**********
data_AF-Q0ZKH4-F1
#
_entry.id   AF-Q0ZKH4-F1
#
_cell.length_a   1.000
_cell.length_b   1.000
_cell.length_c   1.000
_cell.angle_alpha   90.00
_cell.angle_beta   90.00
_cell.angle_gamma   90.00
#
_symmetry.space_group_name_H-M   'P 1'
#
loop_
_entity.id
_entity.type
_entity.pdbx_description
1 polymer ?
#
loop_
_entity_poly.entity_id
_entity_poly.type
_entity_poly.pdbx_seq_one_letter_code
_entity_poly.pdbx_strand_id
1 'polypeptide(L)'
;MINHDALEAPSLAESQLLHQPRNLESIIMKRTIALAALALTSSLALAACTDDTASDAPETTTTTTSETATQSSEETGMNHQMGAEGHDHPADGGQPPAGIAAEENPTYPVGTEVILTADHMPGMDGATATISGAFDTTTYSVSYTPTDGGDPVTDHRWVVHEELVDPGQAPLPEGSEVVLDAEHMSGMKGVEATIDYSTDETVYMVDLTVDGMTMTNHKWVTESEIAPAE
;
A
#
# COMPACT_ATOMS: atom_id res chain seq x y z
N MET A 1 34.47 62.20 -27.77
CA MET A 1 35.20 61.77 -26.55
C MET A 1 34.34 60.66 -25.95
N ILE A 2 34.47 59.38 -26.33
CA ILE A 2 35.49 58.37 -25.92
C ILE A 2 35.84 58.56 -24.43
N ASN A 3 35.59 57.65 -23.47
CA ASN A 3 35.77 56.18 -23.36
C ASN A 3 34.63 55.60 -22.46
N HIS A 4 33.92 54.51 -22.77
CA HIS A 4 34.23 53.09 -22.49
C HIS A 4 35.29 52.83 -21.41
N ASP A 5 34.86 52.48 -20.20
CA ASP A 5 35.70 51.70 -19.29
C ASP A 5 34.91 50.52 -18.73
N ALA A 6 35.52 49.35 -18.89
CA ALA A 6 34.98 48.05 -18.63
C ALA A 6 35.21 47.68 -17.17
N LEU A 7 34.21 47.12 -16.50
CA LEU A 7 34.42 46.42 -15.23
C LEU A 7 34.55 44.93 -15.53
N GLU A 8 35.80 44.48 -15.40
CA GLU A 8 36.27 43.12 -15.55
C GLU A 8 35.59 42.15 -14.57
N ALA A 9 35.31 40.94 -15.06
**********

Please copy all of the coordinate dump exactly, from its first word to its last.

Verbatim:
data_AF-Q0ZKH4-F1
#
_entry.id   AF-Q0ZKH4-F1
#
_cell.length_a   1.000
_cell.length_b   1.000
_cell.length_c   1.000
_cell.angle_alpha   90.00
_cell.angle_beta   90.00
_cell.angle_gamma   90.00
#
_symmetry.space_group_name_H-M   'P 1'
#
loop_
_entity.id
_entity.type
_entity.pdbx_description
1 polymer ?
#
loop_
_entity_poly.entity_id
_entity_poly.type
_entity_poly.pdbx_seq_one_letter_code
_entity_poly.pdbx_strand_id
1 'polypeptide(L)'
;MINHDALEAPSLAESQLLHQPRNLESIIMKRTIALAALALTSSLALAACTDDTASDAPETTTTTTSETATQSSEETGMNHQMGAEGHDHPADGGQPPAGIAAEENPTYPVGTEVILTADHMPGMDGATATISGAFDTTTYSVSYTPTDGGDPVTDHRWVVHEELVDPGQAPLPEGSEVVLDAEHMSGMKGVEATIDYSTDETVYMVDLTVDGMTMTNHKWVTESEIAPAE
;
A
#
# COMPACT_ATOMS: atom_id res chain seq x y z
N MET A 1 34.47 62.20 -27.77
CA MET A 1 35.20 61.77 -26.55
C MET A 1 34.34 60.66 -25.95
N ILE A 2 34.47 59.38 -26.33
CA ILE A 2 35.49 58.37 -25.92
C ILE A 2 35.84 58.56 -24.43
N ASN A 3 35.59 57.65 -23.47
CA ASN A 3 35.77 56.18 -23.36
C ASN A 3 34.63 55.60 -22.46
N HIS A 4 33.92 54.51 -22.77
CA HIS A 4 34.23 53.09 -22.49
C HIS A 4 35.29 52.83 -21.41
N ASP A 5 34.86 52.48 -20.20
CA ASP A 5 35.70 51.70 -19.29
C ASP A 5 34.91 50.52 -18.73
N ALA A 6 35.52 49.35 -18.89
CA ALA A 6 34.98 48.05 -18.63
C ALA A 6 35.21 47.68 -17.17
N LEU A 7 34.21 47.12 -16.50
CA LEU A 7 34.42 46.42 -15.23
C LEU A 7 34.55 44.93 -15.53
N GLU A 8 35.80 44.48 -15.40
CA GLU A 8 36.27 43.12 -15.55
C GLU A 8 35.59 42.15 -14.57
N ALA A 9 35.31 40.94 -15.06